On April 4, Department of Homeland Security Secretary Kirstjen Nielsen said, “In an effort to prevent such a consequence, the President has directed that the Department of Defense and the Department of Homeland Security work together with our governors to deploy the National Guard to our southwest border to assist the border patrol. The President will be signing a proclamation to that effect today.”
CNN reports deployment can only be made if governors cooperate with the administration’s request. “We do hope the deployment begins immediately,” Secretary Nielson said. “I will continue to have conversations with the governors today. As you know it’s done through a memorandum of agreement so we’re working with all haste to agree with that.”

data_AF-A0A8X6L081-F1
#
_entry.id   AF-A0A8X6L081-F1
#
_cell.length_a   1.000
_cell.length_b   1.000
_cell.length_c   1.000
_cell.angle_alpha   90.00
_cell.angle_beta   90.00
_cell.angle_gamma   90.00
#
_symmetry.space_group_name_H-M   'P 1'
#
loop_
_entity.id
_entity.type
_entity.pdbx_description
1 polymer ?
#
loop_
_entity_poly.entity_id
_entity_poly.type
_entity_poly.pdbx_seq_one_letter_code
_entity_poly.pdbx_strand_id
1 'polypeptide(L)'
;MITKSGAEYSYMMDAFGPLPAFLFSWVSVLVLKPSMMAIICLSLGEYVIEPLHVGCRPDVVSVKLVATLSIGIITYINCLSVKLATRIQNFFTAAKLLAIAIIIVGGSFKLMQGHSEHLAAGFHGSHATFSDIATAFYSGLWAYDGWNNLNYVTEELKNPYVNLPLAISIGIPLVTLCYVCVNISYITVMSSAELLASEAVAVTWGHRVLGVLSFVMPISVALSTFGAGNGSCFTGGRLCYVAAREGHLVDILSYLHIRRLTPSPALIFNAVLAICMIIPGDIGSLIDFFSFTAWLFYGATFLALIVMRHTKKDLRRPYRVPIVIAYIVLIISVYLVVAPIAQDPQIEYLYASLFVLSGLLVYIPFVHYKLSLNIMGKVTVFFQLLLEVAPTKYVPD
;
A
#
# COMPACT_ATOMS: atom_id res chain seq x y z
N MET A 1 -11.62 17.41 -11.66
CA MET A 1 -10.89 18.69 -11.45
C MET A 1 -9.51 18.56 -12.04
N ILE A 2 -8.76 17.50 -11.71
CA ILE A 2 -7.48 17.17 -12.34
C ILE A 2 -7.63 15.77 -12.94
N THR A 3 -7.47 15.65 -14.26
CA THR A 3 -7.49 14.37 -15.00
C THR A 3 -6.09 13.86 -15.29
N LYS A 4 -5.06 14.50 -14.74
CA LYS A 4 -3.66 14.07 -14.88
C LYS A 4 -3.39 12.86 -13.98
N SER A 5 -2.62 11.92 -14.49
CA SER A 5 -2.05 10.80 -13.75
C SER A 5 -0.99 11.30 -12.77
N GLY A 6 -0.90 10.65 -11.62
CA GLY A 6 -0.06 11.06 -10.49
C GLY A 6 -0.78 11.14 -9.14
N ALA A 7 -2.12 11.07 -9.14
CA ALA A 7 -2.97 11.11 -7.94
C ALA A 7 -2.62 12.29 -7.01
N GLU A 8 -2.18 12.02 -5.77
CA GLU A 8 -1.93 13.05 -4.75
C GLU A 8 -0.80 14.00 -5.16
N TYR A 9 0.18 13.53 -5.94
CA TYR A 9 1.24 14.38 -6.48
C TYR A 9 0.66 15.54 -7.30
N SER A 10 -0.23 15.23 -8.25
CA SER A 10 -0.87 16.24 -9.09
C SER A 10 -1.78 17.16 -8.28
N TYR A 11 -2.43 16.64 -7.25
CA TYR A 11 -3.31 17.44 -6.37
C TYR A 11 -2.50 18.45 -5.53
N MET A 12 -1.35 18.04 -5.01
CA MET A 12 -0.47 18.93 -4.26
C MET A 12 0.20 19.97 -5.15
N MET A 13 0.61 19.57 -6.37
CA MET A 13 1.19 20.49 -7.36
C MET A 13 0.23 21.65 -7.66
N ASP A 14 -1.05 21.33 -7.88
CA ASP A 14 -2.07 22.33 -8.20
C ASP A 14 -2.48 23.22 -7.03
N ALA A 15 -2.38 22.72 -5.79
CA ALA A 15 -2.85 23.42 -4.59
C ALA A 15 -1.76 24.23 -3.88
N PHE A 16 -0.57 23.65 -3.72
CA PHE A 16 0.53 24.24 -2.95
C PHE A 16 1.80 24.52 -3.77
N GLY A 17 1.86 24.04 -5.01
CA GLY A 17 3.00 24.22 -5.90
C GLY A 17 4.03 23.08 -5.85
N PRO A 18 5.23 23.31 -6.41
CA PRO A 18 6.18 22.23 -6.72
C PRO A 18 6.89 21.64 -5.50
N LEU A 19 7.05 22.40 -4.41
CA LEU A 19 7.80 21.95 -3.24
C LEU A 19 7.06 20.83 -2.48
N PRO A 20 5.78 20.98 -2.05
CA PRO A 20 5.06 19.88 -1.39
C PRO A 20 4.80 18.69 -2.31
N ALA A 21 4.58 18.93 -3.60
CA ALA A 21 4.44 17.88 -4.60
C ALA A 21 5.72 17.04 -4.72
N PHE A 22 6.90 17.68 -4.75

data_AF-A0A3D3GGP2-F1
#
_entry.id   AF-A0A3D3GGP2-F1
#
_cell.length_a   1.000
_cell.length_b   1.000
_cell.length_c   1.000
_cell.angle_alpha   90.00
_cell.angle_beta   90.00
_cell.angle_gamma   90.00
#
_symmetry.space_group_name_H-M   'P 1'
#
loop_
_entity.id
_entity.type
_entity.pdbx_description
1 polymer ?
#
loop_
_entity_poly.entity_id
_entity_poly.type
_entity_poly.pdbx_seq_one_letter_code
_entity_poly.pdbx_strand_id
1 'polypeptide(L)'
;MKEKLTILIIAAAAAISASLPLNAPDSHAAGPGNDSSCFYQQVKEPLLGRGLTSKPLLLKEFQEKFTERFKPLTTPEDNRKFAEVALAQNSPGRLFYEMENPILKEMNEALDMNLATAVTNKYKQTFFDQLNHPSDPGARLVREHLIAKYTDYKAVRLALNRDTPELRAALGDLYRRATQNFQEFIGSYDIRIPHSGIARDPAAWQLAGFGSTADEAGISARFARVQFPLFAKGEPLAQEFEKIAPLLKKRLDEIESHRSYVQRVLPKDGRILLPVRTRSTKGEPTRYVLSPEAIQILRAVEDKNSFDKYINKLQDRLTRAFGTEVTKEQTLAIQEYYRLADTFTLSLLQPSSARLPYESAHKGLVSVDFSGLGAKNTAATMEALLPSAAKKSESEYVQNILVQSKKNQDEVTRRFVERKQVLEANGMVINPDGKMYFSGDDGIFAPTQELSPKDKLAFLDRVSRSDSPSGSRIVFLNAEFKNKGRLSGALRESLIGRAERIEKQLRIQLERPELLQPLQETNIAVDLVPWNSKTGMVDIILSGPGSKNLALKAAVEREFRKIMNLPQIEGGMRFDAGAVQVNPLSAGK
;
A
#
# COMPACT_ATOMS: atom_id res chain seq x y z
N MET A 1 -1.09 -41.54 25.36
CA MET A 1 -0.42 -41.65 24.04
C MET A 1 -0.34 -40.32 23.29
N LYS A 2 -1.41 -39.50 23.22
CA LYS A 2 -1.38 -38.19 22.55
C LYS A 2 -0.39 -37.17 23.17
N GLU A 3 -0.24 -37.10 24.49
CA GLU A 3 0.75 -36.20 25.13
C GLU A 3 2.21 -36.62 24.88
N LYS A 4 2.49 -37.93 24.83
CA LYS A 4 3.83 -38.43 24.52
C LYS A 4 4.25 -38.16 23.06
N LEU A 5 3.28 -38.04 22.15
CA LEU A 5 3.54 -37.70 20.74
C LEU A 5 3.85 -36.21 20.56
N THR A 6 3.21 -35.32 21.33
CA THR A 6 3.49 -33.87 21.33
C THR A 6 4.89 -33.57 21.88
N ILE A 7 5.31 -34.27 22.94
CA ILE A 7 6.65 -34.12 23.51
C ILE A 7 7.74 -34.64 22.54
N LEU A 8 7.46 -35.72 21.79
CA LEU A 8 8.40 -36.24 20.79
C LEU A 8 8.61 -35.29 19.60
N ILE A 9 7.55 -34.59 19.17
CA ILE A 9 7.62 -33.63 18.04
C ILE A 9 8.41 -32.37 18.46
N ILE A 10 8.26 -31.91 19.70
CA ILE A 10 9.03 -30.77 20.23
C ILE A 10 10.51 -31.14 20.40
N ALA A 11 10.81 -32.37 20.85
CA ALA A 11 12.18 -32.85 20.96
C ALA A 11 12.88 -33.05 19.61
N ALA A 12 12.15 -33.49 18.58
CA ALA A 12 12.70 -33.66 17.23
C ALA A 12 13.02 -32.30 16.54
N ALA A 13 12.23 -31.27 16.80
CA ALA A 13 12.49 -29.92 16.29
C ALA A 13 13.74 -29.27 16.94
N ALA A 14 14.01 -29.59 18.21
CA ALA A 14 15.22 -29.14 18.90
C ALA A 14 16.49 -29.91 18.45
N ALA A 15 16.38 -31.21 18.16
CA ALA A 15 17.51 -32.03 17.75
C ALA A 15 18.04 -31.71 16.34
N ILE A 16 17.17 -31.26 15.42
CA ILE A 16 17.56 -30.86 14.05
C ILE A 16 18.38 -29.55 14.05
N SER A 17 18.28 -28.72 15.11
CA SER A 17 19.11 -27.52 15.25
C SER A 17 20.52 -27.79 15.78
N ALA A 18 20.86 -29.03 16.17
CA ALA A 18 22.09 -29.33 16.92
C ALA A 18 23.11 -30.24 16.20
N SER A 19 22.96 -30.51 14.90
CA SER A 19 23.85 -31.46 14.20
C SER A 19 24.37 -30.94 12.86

The deployment request by a sitting U.S. president is not entirely unprecedented. Both the Bush administration and the Obama administration authorized National Guard deployments the U.S.-Mexico border in similar requests.
Oregon Governor Kate Brown said she won’t allow Oregon National Guard troops to be deployed. In a tweet, Brown said, “If @realDonaldTrump asks me to deploy Oregon Guard troops to the Mexico border, I’ll say no. As Commander of Oregon’s Guard, I’m deeply troubled by Trump’s plan to militarize our border.”
In another tweet, Gov. Brown wrote, “There’s been no outreach by the President or federal officials, and I have no intention of allowing Oregon’s guard troops to be used to distract from his troubles in Washington.”
In accordance with U.S. law, troops will not be able to perform any sort of law enforcement activity, such as arresting illegal immigrants. Previous deployments saw troops assisting the Border Patrol with surveillance, investigatory aid and transportation.